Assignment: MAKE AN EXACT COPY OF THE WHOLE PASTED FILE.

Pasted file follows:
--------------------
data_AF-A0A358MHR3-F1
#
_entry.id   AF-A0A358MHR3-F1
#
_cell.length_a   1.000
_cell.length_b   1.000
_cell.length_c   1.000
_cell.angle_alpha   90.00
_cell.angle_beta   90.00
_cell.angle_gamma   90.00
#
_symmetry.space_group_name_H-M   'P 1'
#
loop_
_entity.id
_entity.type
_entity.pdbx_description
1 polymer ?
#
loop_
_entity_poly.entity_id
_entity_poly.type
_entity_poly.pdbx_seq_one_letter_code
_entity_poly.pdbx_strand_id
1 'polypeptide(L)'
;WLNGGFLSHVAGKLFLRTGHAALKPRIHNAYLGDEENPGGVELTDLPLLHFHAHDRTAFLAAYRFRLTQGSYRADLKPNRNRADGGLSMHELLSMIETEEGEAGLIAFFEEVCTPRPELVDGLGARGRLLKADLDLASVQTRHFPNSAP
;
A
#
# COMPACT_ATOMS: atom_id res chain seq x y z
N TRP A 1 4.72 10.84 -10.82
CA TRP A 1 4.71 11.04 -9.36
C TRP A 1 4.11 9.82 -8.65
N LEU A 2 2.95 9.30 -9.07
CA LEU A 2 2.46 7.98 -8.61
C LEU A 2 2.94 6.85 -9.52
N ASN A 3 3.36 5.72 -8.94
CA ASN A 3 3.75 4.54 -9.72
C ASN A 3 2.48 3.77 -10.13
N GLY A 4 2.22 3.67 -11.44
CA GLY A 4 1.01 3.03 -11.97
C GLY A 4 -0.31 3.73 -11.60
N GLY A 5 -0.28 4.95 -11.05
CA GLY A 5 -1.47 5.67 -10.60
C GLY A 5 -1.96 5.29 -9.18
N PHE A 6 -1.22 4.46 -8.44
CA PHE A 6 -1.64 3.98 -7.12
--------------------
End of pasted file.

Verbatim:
data_AF-A0A358MHR3-F1
#
_entry.id   AF-A0A358MHR3-F1
#
_cell.length_a   1.000
_cell.length_b   1.000
_cell.length_c   1.000
_cell.angle_alpha   90.00
_cell.angle_beta   90.00
_cell.angle_gamma   90.00
#
_symmetry.space_group_name_H-M   'P 1'
#
loop_
_entity.id
_entity.type
_entity.pdbx_description
1 polymer ?
#
loop_
_entity_poly.entity_id
_entity_poly.type
_entity_poly.pdbx_seq_one_letter_code
_entity_poly.pdbx_strand_id
1 'polypeptide(L)'
;WLNGGFLSHVAGKLFLRTGHAALKPRIHNAYLGDEENPGGVELTDLPLLHFHAHDRTAFLAAYRFRLTQGSYRADLKPNRNRADGGLSMHELLSMIETEEGEAGLIAFFEEVCTPRPELVDGLGARGRLLKADLDLASVQTRHFPNSAP
;
A
#
# COMPACT_ATOMS: atom_id res chain seq x y z
N TRP A 1 4.72 10.84 -10.82
CA TRP A 1 4.71 11.04 -9.36
C TRP A 1 4.11 9.82 -8.65
N LEU A 2 2.95 9.30 -9.07
CA LEU A 2 2.46 7.98 -8.61
C LEU A 2 2.94 6.85 -9.52
N ASN A 3 3.36 5.72 -8.94
CA ASN A 3 3.75 4.54 -9.72
C ASN A 3 2.48 3.77 -10.13
N GLY A 4 2.22 3.67 -11.44
CA GLY A 4 1.01 3.03 -11.97
C GLY A 4 -0.31 3.73 -11.60
N GLY A 5 -0.28 4.95 -11.05
CA GLY A 5 -1.47 5.67 -10.60
C GLY A 5 -1.96 5.29 -9.18
N PHE A 6 -1.22 4.46 -8.44
CA PHE A 6 -1.64 3.98 -7.12